Can I sign a statement of truth under the Civil Procedure
Certain documents in civil proceedings must be verified by the
signing of a statement of truth. Paragraph 3 of Practice Direction
22 of the Civil Procedure Rules ('CPR') sets out who may sign the
statement of truth and how. It may be signed by the legal
representative, who must state the capacity in which he or she
signs and give the name of his or her firm, but must sign in his or
her own name and not that of the firm.
Therefore a member employed in a solicitors firm can sign the
statement of truth in their own name. Some difficulty arises
because many forms refers to “claimant” or “claimant’s solicitor”
and have not been updated to reflect that the claimant’s legal
representative might not be a solicitor. Members are advised that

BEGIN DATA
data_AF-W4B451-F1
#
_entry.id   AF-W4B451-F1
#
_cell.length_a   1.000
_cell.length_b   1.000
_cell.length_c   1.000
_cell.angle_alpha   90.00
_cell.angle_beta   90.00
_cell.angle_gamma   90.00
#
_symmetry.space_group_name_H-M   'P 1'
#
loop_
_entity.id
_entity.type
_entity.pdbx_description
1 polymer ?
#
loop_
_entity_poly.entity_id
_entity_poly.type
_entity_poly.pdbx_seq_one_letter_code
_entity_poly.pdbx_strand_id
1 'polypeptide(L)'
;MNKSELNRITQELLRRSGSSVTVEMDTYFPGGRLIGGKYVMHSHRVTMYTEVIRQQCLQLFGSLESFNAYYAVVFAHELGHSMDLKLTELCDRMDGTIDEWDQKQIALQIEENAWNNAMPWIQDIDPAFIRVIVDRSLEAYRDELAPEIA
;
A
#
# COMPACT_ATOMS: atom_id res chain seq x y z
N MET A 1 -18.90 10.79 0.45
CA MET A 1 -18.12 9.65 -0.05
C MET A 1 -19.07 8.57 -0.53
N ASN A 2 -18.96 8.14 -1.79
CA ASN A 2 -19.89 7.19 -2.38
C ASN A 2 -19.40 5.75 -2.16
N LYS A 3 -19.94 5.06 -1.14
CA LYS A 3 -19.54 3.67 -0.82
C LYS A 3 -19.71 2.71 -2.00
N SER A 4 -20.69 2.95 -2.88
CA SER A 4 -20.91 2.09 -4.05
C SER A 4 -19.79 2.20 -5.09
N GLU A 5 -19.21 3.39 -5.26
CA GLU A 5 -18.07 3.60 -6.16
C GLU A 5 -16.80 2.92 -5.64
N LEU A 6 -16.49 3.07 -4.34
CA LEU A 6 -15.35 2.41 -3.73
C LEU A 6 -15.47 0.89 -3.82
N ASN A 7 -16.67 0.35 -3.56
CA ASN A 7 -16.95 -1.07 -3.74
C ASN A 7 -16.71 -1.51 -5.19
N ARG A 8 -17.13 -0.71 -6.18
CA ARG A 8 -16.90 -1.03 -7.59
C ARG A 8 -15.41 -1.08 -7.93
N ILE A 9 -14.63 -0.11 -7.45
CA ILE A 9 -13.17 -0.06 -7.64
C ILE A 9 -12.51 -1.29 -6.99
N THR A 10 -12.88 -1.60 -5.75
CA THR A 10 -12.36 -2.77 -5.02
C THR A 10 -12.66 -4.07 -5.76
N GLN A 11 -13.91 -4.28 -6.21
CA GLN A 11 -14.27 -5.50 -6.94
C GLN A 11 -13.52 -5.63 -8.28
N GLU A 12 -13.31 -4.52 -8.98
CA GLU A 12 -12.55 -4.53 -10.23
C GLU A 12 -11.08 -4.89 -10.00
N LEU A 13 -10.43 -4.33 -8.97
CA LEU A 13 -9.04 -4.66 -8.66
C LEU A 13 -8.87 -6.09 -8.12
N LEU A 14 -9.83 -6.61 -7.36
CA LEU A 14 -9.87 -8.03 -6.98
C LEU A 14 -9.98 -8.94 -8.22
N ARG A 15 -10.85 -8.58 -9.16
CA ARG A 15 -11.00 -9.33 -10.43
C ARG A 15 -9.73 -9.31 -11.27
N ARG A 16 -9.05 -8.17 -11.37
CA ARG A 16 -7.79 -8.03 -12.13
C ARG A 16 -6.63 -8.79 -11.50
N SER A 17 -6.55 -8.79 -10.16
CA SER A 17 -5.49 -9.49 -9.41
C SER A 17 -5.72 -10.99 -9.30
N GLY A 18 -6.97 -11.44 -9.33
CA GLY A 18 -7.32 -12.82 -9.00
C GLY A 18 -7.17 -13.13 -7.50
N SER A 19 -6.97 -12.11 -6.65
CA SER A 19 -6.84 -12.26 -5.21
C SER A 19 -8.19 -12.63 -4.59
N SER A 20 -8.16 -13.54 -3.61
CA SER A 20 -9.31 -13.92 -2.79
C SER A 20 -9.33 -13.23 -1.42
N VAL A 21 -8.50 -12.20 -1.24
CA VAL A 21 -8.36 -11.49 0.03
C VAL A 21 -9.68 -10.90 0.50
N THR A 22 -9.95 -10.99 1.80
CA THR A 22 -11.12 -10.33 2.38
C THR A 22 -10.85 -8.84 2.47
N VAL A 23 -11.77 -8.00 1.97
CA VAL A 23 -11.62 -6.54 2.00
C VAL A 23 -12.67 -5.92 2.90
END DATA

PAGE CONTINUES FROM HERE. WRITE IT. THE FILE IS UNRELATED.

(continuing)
they should strike out “solicitor” and write “legal representative”
or “Chartered Legal Executive litigator”.
For members who work in-house, 3.11 of Practice Direction 22
should be considered. The example provided here is for application
of the Practice Direction, although it is not an indication of how
a court might apply the Practice Direction to a specific situation.
However, this specifically states that whilst rule 2.3(1) says a
legal representative employed by a party may sign a statement of
truth, a person who is not a solicitor, barrister, or other
authorised litigator, but who is employed by the company and
managed by such a person, is not employed by that person, and so
cannot sign a statement of truth (this is unlike an employee in
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